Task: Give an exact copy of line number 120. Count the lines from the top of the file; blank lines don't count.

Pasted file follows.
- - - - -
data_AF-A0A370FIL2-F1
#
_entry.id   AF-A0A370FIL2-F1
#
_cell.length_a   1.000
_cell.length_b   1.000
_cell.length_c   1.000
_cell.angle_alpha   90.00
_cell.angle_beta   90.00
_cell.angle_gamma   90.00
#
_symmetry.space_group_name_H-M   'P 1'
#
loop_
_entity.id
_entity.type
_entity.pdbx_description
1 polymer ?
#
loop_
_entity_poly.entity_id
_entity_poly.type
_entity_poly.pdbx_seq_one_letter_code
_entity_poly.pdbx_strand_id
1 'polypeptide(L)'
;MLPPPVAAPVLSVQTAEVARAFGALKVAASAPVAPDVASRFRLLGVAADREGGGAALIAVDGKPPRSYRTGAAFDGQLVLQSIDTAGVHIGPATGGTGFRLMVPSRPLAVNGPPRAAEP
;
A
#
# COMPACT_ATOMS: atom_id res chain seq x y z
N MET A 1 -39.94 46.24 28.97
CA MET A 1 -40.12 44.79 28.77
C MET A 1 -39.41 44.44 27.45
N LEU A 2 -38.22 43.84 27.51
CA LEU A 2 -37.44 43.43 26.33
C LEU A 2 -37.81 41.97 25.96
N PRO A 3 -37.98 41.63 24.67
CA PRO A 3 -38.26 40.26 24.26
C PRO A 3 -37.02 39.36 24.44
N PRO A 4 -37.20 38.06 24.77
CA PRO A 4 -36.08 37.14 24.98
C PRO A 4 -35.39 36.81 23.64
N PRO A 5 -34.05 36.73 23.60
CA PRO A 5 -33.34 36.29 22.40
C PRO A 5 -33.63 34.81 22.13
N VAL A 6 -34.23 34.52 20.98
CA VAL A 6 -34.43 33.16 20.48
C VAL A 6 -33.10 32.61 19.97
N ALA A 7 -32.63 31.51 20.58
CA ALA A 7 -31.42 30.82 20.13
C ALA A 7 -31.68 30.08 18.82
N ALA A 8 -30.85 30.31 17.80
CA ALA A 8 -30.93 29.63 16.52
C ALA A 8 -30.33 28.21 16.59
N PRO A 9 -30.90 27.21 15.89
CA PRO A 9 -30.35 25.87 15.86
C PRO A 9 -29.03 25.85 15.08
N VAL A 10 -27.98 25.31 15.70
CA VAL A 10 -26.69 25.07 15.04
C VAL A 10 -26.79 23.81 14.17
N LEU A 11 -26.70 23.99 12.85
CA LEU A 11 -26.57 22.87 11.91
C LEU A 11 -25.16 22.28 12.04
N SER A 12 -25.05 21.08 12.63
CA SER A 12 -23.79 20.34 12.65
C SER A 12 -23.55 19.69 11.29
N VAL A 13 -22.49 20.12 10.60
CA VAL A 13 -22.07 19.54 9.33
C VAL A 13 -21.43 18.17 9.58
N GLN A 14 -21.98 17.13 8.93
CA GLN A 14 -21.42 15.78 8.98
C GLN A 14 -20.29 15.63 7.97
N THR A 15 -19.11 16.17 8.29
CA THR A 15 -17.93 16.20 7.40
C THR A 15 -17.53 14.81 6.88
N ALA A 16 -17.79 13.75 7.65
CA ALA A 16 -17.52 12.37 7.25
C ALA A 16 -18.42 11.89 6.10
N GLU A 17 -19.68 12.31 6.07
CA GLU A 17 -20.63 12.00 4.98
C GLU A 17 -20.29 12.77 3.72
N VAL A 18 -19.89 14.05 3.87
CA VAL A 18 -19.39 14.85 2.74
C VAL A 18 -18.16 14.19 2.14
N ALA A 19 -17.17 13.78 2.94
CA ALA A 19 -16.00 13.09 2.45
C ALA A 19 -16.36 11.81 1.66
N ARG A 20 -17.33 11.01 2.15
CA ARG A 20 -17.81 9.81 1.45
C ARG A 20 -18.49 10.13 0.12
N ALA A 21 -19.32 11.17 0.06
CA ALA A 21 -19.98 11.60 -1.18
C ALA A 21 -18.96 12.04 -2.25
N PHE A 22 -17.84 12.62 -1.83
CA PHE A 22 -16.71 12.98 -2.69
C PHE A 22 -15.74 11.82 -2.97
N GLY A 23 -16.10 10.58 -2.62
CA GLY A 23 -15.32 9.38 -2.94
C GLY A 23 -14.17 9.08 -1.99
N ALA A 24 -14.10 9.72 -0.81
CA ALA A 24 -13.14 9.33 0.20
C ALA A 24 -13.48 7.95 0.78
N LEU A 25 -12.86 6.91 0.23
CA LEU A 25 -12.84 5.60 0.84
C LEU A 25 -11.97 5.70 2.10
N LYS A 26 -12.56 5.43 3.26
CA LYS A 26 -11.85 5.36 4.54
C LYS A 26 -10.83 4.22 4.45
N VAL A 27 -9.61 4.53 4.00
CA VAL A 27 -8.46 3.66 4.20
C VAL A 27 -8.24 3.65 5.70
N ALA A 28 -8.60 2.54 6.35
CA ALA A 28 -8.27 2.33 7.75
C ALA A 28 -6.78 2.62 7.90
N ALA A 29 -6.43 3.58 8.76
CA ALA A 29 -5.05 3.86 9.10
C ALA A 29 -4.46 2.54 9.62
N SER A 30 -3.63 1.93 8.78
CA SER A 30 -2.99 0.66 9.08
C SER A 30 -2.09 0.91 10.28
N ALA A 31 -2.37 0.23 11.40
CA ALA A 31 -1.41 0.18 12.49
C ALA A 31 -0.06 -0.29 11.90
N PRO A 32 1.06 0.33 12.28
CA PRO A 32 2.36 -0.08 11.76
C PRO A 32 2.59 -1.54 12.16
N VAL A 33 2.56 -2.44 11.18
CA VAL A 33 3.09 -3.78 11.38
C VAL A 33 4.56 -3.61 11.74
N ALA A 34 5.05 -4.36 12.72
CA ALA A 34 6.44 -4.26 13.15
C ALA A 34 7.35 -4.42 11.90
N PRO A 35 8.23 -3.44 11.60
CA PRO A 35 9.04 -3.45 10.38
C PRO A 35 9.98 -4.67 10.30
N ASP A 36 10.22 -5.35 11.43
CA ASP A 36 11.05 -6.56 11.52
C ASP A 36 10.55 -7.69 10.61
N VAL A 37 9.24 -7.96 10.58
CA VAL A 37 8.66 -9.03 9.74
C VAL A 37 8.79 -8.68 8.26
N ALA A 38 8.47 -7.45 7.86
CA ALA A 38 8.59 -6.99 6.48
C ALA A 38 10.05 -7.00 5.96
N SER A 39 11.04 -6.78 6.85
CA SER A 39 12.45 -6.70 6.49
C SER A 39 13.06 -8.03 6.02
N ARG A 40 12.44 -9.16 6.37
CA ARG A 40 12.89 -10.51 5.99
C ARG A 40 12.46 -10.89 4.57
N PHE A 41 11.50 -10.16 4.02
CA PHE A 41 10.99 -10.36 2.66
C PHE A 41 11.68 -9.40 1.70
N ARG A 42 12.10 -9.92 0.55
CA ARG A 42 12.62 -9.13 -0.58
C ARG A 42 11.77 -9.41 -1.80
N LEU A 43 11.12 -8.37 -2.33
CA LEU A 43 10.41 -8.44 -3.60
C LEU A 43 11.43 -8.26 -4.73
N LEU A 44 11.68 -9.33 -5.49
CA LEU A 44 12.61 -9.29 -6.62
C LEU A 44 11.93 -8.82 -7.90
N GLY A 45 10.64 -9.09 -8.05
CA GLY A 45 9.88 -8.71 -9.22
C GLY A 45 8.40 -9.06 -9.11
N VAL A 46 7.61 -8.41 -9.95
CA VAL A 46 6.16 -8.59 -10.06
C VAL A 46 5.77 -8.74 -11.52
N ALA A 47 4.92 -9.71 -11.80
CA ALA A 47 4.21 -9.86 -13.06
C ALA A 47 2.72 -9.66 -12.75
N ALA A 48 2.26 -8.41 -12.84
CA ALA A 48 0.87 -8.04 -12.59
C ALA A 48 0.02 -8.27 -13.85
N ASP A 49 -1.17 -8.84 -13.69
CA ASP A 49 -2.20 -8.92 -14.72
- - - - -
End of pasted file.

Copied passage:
C SER A 30 -2.09 0.91 10.28